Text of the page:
Africa will have 1.2 billion people to feed by 2030

And by 2050, the population will have grown to more than two billion. At the same time, the continent will face unprecedented environmental and climate change along with socio-economic and health transitions.

Some 60% of sub-Saharan African land is used for livestock grazing. Many farmers combine livestock production with the cultivation of crops. Both are crucial to livelihoods across the region.

Livestock are a valuable asset for rural communities, providing pulling power for ploughs and transport and creating income diversification via nutrient-rich animal products. On top of that, they are key to reclaiming degraded land and conserving soil integrity and water.

BIO4Africa – supporting sustainable rural development in Africa

The BIO4Africa project was initiated to contribute to food and nutritional security and combat poverty in rural Africa through inclusive and sustainable development.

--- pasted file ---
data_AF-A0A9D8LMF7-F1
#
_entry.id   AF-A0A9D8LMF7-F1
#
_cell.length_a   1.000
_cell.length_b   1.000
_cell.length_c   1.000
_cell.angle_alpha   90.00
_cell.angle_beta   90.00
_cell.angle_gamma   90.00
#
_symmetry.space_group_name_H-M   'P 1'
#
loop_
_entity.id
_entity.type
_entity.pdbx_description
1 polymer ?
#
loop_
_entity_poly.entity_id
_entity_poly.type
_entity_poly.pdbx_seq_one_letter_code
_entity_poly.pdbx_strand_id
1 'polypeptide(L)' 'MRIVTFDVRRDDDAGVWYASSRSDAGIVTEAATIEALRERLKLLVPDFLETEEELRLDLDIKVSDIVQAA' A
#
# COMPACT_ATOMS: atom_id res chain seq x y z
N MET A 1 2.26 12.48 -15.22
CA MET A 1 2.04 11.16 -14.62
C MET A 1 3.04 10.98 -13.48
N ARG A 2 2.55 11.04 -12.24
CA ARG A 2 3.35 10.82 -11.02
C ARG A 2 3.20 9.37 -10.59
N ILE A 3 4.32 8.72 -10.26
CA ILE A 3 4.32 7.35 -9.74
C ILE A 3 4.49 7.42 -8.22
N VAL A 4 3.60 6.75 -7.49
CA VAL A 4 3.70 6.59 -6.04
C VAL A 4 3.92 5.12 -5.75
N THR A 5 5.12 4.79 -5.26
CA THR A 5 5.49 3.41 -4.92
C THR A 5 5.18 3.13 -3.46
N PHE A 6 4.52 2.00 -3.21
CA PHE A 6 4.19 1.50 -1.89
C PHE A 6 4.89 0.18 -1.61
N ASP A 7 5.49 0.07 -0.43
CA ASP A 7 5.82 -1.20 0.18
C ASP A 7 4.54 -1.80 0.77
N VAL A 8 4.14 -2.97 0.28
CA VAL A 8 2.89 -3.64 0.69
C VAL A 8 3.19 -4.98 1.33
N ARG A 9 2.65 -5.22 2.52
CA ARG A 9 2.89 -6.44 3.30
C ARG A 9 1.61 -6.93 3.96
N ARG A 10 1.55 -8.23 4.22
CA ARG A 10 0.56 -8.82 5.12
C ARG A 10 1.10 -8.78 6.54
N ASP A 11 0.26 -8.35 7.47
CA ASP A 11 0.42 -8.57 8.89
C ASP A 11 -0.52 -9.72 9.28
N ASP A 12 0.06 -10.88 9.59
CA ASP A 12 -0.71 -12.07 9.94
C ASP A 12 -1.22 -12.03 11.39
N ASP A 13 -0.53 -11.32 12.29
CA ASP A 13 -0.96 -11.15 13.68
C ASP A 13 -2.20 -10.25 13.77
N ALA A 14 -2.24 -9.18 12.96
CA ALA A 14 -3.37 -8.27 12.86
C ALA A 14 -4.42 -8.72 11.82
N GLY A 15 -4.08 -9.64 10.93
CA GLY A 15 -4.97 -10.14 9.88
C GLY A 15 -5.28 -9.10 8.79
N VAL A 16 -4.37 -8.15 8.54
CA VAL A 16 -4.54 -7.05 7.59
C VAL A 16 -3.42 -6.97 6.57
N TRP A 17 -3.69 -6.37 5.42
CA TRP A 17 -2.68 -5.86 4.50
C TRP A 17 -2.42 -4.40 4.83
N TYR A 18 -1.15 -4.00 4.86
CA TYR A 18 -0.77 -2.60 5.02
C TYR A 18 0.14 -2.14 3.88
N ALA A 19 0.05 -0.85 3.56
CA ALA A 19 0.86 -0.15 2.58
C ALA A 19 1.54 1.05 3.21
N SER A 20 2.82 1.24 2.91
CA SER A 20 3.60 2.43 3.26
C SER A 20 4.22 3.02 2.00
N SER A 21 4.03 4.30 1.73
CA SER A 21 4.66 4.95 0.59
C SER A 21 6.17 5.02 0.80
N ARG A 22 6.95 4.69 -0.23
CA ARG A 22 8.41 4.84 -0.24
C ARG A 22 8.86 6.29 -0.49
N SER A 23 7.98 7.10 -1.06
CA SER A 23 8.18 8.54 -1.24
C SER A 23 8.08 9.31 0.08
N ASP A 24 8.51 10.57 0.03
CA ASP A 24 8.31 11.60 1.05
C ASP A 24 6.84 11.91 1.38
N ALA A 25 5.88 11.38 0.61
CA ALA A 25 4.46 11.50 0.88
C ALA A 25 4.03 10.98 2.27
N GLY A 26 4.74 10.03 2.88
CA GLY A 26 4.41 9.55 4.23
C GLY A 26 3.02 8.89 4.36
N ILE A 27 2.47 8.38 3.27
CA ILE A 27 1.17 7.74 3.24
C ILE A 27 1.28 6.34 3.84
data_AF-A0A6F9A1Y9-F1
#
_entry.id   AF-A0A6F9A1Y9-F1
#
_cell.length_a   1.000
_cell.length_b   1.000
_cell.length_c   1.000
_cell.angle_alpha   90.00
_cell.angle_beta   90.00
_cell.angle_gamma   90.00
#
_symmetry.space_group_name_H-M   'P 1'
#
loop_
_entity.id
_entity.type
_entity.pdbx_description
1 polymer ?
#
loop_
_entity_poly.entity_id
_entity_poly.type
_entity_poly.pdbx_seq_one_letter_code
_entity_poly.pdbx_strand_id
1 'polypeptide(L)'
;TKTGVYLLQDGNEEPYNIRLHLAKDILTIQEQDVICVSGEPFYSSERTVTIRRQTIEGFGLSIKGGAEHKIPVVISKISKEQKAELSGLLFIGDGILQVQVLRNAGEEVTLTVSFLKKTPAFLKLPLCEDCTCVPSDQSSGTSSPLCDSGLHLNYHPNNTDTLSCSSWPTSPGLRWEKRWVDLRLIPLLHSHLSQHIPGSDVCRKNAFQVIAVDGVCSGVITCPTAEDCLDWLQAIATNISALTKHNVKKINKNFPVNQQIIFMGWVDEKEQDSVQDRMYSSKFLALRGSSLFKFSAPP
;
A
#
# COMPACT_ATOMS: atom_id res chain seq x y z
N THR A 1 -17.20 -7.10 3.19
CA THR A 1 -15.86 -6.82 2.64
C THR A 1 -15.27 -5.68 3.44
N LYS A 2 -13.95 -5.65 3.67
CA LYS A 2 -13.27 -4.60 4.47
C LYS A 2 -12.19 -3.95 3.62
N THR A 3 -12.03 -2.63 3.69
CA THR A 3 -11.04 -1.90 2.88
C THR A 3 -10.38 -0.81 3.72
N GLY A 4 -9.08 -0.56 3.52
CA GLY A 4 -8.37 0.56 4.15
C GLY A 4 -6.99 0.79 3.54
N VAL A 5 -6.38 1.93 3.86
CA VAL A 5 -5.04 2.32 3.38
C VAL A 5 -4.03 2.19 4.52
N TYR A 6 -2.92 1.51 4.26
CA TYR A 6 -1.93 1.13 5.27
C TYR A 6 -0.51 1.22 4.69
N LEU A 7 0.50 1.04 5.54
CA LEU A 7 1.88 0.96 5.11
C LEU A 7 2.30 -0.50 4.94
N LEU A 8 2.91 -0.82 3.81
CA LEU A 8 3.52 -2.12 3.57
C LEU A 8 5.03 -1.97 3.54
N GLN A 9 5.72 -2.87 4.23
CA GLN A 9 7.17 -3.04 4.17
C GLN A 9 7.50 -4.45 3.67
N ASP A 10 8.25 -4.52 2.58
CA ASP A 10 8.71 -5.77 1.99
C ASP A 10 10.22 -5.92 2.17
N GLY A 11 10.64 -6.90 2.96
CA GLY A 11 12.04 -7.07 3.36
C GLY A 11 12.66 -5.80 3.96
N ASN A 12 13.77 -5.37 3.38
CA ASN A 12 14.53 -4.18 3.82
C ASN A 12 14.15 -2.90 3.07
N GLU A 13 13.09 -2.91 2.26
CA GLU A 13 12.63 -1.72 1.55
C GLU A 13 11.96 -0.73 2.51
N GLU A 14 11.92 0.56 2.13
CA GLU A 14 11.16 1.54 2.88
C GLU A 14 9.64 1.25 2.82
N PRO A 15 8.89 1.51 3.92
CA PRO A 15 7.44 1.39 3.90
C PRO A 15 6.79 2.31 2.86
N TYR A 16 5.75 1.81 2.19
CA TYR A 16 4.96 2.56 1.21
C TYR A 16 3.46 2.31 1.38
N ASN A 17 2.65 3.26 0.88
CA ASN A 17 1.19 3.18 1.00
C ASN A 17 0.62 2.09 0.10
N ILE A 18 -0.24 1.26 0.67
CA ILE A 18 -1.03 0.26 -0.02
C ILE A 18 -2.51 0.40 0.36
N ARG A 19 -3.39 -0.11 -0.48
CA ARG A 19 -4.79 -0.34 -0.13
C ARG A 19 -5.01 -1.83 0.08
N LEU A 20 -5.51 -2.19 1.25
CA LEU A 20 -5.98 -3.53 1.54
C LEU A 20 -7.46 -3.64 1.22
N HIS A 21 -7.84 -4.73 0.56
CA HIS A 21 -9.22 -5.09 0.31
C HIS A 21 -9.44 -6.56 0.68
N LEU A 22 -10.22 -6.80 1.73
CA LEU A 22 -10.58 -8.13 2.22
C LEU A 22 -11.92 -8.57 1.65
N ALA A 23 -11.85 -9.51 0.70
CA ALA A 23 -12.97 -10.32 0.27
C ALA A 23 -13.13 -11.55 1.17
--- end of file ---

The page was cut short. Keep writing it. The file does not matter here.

Through the development of bio-based solutions and circular value chains, the objective is to drive the cascading use of local resources, diversify farmer incomes and contribute to an African bioeconomy

Our focus is on transferring simple, small-scale and robust bio-based technologies to smallholder farmers. The technologies include green biorefining, pyrolysis, hydrothermal carbonisation, briquetting, pelletising, bio-composites and bioplastic production. All must be adapted to local needs, contexts and biomass.

In this way, we aim to empower farmers to produce a variety of higher value, bio-based products in a sustainable way. These include improved animal feed, fertiliser, pollutant absorbents, construction materials, packaging, solid fuel for cooking and ingredients for biogas production. Together, they should lead to the better environmental, economic and social performance of forage-based agri-food systems.

To pilot these technologies, BIO4Africa has set up testing sites in Uganda, Ghana, Senegal and Côte d’Ivoire. During the project, more than 300 farmers and farmer groups, including small dairies, lower-income farmers, women farmer groups and transhumant pastoralists, will have the opportunity to test the technologies in realistic conditions.